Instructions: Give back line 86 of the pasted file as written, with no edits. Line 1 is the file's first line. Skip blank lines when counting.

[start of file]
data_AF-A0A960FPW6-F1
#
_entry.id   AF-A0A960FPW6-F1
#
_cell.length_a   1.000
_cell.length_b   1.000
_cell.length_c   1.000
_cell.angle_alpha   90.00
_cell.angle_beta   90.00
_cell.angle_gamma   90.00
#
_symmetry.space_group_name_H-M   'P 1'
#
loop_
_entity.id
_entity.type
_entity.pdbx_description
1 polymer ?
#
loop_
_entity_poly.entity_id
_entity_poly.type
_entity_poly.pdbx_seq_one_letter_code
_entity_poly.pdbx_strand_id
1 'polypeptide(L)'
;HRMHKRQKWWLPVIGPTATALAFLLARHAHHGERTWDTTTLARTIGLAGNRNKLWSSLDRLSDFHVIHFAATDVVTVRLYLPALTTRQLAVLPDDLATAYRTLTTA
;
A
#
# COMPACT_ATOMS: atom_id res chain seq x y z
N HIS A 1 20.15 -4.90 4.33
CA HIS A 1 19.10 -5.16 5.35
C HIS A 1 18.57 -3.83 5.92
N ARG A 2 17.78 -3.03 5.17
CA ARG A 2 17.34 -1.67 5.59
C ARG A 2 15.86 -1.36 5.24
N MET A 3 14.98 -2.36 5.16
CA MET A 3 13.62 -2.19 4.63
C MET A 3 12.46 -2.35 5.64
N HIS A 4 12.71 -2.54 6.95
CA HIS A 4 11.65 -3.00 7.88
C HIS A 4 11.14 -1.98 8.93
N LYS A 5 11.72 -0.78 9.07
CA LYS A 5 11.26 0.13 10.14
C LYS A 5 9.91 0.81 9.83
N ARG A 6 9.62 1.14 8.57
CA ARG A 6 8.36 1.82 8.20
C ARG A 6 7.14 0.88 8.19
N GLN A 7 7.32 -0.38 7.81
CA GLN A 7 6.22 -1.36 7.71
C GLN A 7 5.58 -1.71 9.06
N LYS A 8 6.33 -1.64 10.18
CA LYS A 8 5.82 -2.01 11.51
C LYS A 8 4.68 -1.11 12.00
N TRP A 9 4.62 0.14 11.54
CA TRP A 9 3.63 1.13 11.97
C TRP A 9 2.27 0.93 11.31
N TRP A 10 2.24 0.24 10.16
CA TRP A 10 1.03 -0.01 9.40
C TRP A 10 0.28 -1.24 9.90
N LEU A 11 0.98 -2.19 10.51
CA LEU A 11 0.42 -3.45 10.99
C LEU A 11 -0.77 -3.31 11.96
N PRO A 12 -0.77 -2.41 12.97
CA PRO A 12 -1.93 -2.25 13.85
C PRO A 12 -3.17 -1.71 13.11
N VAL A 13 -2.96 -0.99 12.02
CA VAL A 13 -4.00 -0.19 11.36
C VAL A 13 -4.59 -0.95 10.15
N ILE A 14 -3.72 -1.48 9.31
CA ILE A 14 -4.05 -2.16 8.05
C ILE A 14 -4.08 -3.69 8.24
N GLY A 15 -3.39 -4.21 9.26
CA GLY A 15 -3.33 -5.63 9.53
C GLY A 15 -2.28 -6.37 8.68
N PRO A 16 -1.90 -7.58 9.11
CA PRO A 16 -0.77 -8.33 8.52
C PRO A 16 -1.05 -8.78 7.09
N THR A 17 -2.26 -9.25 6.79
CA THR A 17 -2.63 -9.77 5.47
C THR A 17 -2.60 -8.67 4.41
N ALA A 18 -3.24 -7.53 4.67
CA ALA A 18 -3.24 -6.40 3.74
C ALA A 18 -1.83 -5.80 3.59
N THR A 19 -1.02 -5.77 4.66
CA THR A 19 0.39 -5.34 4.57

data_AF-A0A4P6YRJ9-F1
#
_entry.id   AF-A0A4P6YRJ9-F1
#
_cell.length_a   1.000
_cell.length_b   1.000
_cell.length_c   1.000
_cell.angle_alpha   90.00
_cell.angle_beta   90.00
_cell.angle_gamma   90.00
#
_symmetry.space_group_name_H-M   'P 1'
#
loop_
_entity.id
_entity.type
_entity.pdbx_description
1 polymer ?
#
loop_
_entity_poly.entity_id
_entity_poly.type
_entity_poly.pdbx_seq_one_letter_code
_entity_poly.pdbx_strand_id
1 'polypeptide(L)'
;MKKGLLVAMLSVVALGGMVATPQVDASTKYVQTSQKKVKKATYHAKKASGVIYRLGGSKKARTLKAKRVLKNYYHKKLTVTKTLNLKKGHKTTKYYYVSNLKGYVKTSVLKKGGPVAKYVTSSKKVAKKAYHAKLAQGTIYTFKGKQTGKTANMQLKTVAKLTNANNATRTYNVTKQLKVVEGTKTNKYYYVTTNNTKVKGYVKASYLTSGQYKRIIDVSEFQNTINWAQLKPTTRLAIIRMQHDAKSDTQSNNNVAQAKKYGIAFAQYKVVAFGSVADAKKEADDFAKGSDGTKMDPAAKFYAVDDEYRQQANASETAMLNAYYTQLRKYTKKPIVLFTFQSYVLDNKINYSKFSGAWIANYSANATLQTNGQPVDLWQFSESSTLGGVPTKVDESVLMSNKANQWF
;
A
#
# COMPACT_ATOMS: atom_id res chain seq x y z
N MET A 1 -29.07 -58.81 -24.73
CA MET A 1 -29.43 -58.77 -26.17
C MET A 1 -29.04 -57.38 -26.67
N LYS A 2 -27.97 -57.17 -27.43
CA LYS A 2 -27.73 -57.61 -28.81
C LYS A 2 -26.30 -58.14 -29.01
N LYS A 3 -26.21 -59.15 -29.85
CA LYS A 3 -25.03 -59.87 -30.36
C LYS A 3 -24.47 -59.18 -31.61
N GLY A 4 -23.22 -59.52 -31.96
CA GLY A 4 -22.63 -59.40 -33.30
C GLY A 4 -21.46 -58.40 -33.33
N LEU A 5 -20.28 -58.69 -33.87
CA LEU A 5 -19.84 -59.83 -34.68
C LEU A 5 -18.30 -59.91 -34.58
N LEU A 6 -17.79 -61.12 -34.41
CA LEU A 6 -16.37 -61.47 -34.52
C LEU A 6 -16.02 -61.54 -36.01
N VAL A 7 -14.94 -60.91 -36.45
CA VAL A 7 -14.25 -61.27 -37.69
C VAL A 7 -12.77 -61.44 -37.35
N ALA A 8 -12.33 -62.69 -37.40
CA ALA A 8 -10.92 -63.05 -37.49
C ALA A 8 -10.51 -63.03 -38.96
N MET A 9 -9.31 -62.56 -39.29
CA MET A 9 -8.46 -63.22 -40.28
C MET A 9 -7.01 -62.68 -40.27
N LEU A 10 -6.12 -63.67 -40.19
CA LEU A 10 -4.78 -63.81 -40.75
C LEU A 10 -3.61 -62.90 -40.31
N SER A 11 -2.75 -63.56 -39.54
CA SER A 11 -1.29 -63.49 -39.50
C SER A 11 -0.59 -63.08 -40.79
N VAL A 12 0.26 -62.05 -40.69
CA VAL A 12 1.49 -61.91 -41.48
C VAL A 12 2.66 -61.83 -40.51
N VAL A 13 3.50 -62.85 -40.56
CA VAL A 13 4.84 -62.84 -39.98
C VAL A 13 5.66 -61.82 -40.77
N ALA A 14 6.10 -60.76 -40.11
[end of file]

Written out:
CA THR A 19 0.39 -5.34 4.57